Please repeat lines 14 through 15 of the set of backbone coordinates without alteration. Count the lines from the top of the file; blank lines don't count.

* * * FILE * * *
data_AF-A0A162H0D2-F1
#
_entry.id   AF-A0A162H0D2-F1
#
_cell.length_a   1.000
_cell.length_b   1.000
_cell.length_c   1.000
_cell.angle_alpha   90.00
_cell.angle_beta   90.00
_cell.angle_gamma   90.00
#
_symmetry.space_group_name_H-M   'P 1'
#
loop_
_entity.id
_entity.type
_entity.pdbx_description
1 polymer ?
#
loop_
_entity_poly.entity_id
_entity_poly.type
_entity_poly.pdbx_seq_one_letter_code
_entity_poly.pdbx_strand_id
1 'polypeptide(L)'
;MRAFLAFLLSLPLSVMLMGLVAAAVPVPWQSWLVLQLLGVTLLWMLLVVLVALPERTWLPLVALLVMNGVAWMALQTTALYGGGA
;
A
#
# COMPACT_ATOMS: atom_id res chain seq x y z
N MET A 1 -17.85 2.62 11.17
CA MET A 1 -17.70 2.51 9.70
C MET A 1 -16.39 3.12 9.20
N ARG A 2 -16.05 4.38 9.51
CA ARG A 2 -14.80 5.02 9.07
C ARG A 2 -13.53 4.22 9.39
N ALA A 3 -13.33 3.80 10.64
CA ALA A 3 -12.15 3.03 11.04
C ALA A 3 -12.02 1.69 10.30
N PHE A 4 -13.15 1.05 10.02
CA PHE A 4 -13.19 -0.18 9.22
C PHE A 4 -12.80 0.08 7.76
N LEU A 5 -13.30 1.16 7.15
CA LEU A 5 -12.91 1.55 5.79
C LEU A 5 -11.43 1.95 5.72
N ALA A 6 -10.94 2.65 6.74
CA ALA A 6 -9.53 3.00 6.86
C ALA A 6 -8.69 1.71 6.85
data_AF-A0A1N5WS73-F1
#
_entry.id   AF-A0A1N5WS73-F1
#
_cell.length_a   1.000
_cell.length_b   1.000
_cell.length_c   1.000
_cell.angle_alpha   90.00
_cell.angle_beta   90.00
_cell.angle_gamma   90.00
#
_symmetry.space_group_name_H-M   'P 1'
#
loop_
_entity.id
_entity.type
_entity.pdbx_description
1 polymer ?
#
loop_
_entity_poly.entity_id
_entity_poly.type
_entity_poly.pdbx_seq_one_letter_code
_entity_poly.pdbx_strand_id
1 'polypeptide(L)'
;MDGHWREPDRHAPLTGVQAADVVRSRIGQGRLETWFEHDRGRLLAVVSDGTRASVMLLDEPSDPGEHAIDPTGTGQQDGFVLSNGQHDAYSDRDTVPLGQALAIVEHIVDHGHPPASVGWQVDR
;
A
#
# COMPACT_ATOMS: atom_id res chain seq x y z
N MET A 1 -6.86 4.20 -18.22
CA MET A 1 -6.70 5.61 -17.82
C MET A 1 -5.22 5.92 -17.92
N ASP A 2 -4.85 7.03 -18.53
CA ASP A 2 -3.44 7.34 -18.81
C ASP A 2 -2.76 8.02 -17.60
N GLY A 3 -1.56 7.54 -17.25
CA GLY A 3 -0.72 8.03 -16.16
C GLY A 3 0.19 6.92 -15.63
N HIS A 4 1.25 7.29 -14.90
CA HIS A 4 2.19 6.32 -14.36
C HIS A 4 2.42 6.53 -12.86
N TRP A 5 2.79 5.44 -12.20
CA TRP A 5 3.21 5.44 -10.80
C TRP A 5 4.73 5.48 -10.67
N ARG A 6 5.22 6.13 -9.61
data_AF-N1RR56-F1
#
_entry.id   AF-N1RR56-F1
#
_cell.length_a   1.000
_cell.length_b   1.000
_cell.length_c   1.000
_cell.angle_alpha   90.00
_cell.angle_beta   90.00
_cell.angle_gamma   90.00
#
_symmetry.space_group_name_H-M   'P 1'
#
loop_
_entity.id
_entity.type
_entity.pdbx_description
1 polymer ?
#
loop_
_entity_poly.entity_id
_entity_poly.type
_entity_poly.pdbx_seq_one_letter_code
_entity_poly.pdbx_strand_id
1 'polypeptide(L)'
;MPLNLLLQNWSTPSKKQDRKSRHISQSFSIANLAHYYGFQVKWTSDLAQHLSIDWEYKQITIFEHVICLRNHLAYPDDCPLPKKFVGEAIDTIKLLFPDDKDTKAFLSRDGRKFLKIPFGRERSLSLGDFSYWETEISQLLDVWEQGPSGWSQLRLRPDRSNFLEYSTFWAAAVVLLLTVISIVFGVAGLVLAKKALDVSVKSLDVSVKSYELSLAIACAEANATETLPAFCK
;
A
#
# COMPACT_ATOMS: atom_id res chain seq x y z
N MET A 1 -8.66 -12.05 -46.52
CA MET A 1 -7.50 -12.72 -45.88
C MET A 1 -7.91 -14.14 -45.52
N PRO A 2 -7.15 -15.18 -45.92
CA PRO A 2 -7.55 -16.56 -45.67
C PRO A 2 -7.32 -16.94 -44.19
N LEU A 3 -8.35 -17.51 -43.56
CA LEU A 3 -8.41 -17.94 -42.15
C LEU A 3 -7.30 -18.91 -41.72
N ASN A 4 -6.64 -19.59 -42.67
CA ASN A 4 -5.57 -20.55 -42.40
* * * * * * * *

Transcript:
loop_
_entity.id